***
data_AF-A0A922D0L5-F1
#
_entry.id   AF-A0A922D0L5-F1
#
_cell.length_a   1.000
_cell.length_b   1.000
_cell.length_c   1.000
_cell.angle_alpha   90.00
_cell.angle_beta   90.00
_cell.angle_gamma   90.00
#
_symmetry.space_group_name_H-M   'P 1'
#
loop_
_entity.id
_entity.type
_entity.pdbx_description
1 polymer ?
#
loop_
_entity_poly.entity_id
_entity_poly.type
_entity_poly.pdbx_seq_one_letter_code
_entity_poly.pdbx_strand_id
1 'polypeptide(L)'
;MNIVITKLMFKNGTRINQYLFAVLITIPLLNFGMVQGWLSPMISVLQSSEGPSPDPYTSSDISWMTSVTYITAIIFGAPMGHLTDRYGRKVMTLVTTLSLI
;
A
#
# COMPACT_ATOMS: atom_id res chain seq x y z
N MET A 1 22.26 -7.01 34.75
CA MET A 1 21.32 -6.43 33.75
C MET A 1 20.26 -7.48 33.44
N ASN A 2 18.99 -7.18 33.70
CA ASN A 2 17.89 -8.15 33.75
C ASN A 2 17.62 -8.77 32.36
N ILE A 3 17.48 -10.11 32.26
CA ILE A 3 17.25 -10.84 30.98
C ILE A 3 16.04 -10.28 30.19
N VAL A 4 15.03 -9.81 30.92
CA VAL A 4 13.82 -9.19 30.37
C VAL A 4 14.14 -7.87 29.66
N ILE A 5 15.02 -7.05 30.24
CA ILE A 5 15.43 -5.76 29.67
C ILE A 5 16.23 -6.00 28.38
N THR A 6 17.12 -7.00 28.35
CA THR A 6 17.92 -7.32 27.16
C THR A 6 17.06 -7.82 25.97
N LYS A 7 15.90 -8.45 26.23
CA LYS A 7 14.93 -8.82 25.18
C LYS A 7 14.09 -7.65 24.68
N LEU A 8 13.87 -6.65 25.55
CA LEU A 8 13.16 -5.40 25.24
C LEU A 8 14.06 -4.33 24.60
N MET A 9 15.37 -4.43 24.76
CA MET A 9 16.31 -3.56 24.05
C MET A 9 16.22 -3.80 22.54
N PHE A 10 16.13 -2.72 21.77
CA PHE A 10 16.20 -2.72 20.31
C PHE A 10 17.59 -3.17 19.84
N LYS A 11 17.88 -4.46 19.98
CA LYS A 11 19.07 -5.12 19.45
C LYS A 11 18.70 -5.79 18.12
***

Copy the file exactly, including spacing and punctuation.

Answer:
data_AF-A0A922D0L5-F1
#
_entry.id   AF-A0A922D0L5-F1
#
_cell.length_a   1.000
_cell.length_b   1.000
_cell.length_c   1.000
_cell.angle_alpha   90.00
_cell.angle_beta   90.00
_cell.angle_gamma   90.00
#
_symmetry.space_group_name_H-M   'P 1'
#
loop_
_entity.id
_entity.type
_entity.pdbx_description
1 polymer ?
#
loop_
_entity_poly.entity_id
_entity_poly.type
_entity_poly.pdbx_seq_one_letter_code
_entity_poly.pdbx_strand_id
1 'polypeptide(L)'
;MNIVITKLMFKNGTRINQYLFAVLITIPLLNFGMVQGWLSPMISVLQSSEGPSPDPYTSSDISWMTSVTYITAIIFGAPMGHLTDRYGRKVMTLVTTLSLI
;
A
#
# COMPACT_ATOMS: atom_id res chain seq x y z
N MET A 1 22.26 -7.01 34.75
CA MET A 1 21.32 -6.43 33.75
C MET A 1 20.26 -7.48 33.44
N ASN A 2 18.99 -7.18 33.70
CA ASN A 2 17.89 -8.15 33.75
C ASN A 2 17.62 -8.77 32.36
N ILE A 3 17.48 -10.11 32.26
CA ILE A 3 17.25 -10.84 30.98
C ILE A 3 16.04 -10.28 30.19
N VAL A 4 15.03 -9.81 30.92
CA VAL A 4 13.82 -9.19 30.37
C VAL A 4 14.14 -7.87 29.66
N ILE A 5 15.02 -7.05 30.24
CA ILE A 5 15.43 -5.76 29.67
C ILE A 5 16.23 -6.00 28.38
N THR A 6 17.12 -7.00 28.35
CA THR A 6 17.92 -7.32 27.16
C THR A 6 17.06 -7.82 25.97
N LYS A 7 15.90 -8.45 26.23
CA LYS A 7 14.93 -8.82 25.18
C LYS A 7 14.09 -7.65 24.68
N LEU A 8 13.87 -6.65 25.55
CA LEU A 8 13.16 -5.40 25.24
C LEU A 8 14.06 -4.33 24.60
N MET A 9 15.37 -4.43 24.76
CA MET A 9 16.31 -3.56 24.05
C MET A 9 16.22 -3.80 22.54
N PHE A 10 16.13 -2.72 21.77
CA PHE A 10 16.20 -2.72 20.31
C PHE A 10 17.59 -3.17 19.84
N LYS A 11 17.88 -4.46 19.98
CA LYS A 11 19.07 -5.12 19.45
C LYS A 11 18.70 -5.79 18.12